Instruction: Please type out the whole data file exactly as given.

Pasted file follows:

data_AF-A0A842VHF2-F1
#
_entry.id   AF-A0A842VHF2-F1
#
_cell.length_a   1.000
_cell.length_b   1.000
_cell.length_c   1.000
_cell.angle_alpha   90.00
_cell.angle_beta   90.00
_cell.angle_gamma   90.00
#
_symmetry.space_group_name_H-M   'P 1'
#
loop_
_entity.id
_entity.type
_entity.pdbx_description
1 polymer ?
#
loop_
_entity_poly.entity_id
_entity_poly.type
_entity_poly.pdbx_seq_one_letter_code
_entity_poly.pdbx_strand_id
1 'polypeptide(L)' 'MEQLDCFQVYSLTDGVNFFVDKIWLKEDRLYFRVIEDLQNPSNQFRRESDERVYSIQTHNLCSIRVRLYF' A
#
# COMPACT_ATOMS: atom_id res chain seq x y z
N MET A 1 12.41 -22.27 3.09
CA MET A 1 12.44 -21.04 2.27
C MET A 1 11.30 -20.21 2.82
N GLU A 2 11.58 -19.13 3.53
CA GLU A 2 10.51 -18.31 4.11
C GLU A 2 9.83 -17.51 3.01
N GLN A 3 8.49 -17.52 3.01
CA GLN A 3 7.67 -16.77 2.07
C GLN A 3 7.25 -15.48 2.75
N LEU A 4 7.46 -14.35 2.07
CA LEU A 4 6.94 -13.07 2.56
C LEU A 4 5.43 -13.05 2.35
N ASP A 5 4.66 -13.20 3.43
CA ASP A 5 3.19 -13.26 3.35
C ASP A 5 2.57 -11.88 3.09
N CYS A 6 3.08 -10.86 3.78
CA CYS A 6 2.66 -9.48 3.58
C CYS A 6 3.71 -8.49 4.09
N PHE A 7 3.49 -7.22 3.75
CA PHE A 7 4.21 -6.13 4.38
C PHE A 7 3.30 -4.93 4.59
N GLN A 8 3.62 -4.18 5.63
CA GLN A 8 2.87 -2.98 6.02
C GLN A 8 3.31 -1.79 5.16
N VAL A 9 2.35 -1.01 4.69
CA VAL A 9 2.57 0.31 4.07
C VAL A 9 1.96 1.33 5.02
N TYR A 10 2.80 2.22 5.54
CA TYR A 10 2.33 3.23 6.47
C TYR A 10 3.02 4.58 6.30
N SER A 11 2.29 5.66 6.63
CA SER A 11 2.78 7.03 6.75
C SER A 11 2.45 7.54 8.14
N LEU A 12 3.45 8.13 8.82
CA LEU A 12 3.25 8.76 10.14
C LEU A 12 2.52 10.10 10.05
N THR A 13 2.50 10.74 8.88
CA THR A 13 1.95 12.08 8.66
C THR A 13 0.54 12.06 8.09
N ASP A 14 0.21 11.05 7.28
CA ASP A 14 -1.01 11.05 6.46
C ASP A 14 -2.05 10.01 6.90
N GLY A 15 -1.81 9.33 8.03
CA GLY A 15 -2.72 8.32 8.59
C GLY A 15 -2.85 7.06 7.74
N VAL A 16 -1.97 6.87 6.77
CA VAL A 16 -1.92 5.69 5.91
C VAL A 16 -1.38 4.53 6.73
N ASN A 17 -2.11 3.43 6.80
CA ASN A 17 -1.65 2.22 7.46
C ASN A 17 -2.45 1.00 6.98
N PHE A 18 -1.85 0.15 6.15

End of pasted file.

data_AF-A0A842VHF2-F1
#
_entry.id   AF-A0A842VHF2-F1
#
_cell.length_a   1.000
_cell.length_b   1.000
_cell.length_c   1.000
_cell.angle_alpha   90.00
_cell.angle_beta   90.00
_cell.angle_gamma   90.00
#
_symmetry.space_group_name_H-M   'P 1'
#
loop_
_entity.id
_entity.type
_entity.pdbx_description
1 polymer ?
#
loop_
_entity_poly.entity_id
_entity_poly.type
_entity_poly.pdbx_seq_one_letter_code
_entity_poly.pdbx_strand_id
1 'polypeptide(L)' 'MEQLDCFQVYSLTDGVNFFVDKIWLKEDRLYFRVIEDLQNPSNQFRRESDERVYSIQTHNLCSIRVRLYF' A
#
# COMPACT_ATOMS: atom_id res chain seq x y z
N MET A 1 12.41 -22.27 3.09
CA MET A 1 12.44 -21.04 2.27
C MET A 1 11.30 -20.21 2.82
N GLU A 2 11.58 -19.13 3.53
CA GLU A 2 10.51 -18.31 4.11
C GLU A 2 9.83 -17.51 3.01
N GLN A 3 8.49 -17.52 3.01
CA GLN A 3 7.67 -16.77 2.07
C GLN A 3 7.25 -15.48 2.75
N LEU A 4 7.46 -14.35 2.07
CA LEU A 4 6.94 -13.07 2.56
C LEU A 4 5.43 -13.05 2.35
N ASP A 5 4.66 -13.20 3.43
CA ASP A 5 3.19 -13.26 3.35
C ASP A 5 2.57 -11.88 3.09
N CYS A 6 3.08 -10.86 3.78
CA CYS A 6 2.66 -9.48 3.58
C CYS A 6 3.71 -8.49 4.09
N PHE A 7 3.49 -7.22 3.75
CA PHE A 7 4.21 -6.13 4.38
C PHE A 7 3.30 -4.93 4.59
N GLN A 8 3.62 -4.18 5.63
CA GLN A 8 2.87 -2.98 6.02
C GLN A 8 3.31 -1.79 5.16
N VAL A 9 2.35 -1.01 4.69
CA VAL A 9 2.57 0.31 4.07
C VAL A 9 1.96 1.33 5.02
N TYR A 10 2.80 2.22 5.54
CA TYR A 10 2.33 3.23 6.47
C TYR A 10 3.02 4.58 6.30
N SER A 11 2.29 5.66 6.63
CA SER A 11 2.78 7.03 6.75
C SER A 11 2.45 7.54 8.14
N LEU A 12 3.45 8.13 8.82
CA LEU A 12 3.25 8.76 10.14
C LEU A 12 2.52 10.10 10.05
N THR A 13 2.50 10.74 8.88
CA THR A 13 1.95 12.08 8.66
C THR A 13 0.54 12.06 8.09
N ASP A 14 0.21 11.05 7.28
CA ASP A 14 -1.01 11.05 6.46
C ASP A 14 -2.05 10.01 6.90
N GLY A 15 -1.81 9.33 8.03
CA GLY A 15 -2.72 8.32 8.59
C GLY A 15 -2.85 7.06 7.74
N VAL A 16 -1.97 6.87 6.77
CA VAL A 16 -1.92 5.69 5.91
C VAL A 16 -1.38 4.53 6.73
N ASN A 17 -2.11 3.43 6.80
CA ASN A 17 -1.65 2.22 7.46
C ASN A 17 -2.45 1.00 6.98
N PHE A 18 -1.85 0.15 6.15